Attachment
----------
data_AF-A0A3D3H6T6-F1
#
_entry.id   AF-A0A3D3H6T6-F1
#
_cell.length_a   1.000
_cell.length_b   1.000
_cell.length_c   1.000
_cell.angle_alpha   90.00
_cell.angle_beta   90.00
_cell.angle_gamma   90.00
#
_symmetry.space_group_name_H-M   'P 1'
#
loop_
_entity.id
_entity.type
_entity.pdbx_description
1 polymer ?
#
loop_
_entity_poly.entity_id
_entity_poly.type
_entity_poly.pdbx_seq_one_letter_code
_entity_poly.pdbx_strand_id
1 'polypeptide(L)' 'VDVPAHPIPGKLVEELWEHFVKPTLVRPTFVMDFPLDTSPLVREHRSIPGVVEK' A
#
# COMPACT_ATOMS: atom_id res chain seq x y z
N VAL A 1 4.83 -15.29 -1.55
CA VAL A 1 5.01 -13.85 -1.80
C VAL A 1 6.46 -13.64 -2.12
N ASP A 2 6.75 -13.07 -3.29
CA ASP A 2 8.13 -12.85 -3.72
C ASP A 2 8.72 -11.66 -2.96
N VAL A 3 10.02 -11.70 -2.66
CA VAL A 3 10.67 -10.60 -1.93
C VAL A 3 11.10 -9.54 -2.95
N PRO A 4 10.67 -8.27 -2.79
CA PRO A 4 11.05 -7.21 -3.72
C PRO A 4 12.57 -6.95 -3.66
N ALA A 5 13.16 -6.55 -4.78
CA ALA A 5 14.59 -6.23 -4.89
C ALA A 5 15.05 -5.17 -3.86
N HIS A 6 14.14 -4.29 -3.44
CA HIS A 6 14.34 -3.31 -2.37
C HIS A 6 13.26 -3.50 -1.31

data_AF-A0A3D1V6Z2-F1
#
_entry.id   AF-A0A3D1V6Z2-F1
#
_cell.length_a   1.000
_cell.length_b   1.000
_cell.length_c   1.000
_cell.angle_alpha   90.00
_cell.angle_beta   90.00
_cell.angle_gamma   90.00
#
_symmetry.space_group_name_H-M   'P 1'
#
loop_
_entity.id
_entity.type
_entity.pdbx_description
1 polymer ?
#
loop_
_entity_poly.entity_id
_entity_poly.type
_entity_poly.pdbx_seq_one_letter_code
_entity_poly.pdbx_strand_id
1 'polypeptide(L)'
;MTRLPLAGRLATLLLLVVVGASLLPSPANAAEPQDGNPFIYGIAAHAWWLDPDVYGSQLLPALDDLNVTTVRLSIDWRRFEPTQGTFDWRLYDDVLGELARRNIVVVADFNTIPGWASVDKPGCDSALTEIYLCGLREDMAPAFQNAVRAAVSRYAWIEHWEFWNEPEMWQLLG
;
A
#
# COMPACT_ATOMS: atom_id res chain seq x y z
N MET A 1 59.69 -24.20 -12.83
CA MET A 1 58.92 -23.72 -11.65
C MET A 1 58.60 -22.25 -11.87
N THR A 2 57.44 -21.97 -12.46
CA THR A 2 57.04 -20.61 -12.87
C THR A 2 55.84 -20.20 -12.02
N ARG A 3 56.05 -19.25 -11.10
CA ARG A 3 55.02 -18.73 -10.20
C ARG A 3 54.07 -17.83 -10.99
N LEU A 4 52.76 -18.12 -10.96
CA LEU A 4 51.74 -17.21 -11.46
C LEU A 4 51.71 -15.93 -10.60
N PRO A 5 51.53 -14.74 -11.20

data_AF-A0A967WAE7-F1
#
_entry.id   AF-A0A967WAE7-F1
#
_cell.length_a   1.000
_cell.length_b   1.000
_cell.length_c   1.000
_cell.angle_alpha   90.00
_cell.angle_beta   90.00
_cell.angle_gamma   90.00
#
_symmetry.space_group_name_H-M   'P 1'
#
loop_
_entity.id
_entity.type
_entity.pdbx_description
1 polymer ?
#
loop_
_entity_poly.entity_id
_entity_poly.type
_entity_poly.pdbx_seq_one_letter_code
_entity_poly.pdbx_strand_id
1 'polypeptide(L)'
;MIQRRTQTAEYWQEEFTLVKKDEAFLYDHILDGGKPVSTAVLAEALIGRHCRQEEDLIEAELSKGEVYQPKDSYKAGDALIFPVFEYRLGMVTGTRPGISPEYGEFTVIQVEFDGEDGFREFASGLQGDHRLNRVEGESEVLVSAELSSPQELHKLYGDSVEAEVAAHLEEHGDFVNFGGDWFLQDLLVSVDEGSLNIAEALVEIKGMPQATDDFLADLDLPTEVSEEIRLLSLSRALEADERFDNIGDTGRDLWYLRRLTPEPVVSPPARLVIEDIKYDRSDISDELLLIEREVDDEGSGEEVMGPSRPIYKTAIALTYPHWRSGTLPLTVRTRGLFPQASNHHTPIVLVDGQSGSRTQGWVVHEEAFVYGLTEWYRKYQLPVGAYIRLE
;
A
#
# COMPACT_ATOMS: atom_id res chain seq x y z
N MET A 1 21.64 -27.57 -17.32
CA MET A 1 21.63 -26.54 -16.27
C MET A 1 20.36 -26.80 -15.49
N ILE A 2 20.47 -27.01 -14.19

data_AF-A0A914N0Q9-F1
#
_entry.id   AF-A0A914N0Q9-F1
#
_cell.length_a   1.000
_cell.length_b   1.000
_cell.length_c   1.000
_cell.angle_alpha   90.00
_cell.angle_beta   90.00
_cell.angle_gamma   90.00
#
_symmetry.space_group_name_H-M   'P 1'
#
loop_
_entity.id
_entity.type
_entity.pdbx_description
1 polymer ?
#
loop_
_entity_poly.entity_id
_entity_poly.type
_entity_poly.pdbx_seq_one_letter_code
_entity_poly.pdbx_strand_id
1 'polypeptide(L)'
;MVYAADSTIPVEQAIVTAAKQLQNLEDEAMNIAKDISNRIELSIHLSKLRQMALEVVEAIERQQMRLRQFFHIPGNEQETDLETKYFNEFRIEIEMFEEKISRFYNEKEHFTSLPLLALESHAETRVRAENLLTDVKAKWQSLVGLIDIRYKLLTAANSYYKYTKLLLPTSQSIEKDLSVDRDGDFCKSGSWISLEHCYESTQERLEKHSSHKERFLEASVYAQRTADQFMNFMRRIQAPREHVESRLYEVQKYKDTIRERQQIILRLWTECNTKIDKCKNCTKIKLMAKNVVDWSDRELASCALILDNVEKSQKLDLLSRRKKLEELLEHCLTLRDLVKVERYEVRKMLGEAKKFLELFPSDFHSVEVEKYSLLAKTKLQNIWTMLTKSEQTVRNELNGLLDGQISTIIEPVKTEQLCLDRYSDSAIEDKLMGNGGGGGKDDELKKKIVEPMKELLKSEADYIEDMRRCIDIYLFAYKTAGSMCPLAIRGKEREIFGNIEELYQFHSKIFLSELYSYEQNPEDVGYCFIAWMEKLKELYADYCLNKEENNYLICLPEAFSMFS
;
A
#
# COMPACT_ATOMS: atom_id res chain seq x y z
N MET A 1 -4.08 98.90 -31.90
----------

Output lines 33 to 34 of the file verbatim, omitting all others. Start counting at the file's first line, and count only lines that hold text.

C ASP A 2 8.72 -11.66 -2.96
N VAL A 3 10.02 -11.70 -2.66